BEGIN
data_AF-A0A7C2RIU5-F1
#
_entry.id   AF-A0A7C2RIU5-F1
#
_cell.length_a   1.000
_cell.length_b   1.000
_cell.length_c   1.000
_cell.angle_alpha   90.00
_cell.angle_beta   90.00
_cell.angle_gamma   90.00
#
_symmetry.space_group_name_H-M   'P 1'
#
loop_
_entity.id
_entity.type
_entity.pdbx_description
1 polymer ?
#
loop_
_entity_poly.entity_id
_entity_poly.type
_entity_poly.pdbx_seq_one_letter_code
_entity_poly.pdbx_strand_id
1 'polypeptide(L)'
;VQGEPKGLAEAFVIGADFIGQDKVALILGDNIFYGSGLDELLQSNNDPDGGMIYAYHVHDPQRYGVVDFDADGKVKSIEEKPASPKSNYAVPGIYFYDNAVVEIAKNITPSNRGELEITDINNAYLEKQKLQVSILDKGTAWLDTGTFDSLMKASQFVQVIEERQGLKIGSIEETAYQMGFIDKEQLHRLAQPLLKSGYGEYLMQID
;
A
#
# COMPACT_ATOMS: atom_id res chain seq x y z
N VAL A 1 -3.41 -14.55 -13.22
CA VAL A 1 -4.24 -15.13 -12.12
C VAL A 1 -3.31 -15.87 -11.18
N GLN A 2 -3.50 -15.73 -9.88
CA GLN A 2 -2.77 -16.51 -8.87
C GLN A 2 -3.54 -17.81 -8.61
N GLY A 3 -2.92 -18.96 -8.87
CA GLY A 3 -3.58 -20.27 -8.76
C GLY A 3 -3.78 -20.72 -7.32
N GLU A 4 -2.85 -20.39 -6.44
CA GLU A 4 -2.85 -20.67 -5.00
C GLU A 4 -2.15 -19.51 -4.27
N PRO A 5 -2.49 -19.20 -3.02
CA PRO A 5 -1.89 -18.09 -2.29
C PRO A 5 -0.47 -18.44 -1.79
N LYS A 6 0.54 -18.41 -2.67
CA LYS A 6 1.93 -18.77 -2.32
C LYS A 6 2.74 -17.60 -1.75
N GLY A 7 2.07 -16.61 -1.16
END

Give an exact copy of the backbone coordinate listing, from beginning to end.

data_AF-A0A7C2RIU5-F1
#
_entry.id   AF-A0A7C2RIU5-F1
#
_cell.length_a   1.000
_cell.length_b   1.000
_cell.length_c   1.000
_cell.angle_alpha   90.00
_cell.angle_beta   90.00
_cell.angle_gamma   90.00
#
_symmetry.space_group_name_H-M   'P 1'
#
loop_
_entity.id
_entity.type
_entity.pdbx_description
1 polymer ?
#
loop_
_entity_poly.entity_id
_entity_poly.type
_entity_poly.pdbx_seq_one_letter_code
_entity_poly.pdbx_strand_id
1 'polypeptide(L)'
;VQGEPKGLAEAFVIGADFIGQDKVALILGDNIFYGSGLDELLQSNNDPDGGMIYAYHVHDPQRYGVVDFDADGKVKSIEEKPASPKSNYAVPGIYFYDNAVVEIAKNITPSNRGELEITDINNAYLEKQKLQVSILDKGTAWLDTGTFDSLMKASQFVQVIEERQGLKIGSIEETAYQMGFIDKEQLHRLAQPLLKSGYGEYLMQID
;
A
#
# COMPACT_ATOMS: atom_id res chain seq x y z
N VAL A 1 -3.41 -14.55 -13.22
CA VAL A 1 -4.24 -15.13 -12.12
C VAL A 1 -3.31 -15.87 -11.18
N GLN A 2 -3.50 -15.73 -9.88
CA GLN A 2 -2.77 -16.51 -8.87
C GLN A 2 -3.54 -17.81 -8.61
N GLY A 3 -2.92 -18.96 -8.87
CA GLY A 3 -3.58 -20.27 -8.76
C GLY A 3 -3.78 -20.72 -7.32
N GLU A 4 -2.85 -20.39 -6.44
CA GLU A 4 -2.85 -20.67 -5.00
C GLU A 4 -2.15 -19.51 -4.27
N PRO A 5 -2.49 -19.20 -3.02
CA PRO A 5 -1.89 -18.09 -2.29
C PRO A 5 -0.47 -18.44 -1.79
N LYS A 6 0.54 -18.41 -2.67
CA LYS A 6 1.93 -18.77 -2.32
C LYS A 6 2.74 -17.60 -1.75
N GLY A 7 2.07 -16.61 -1.16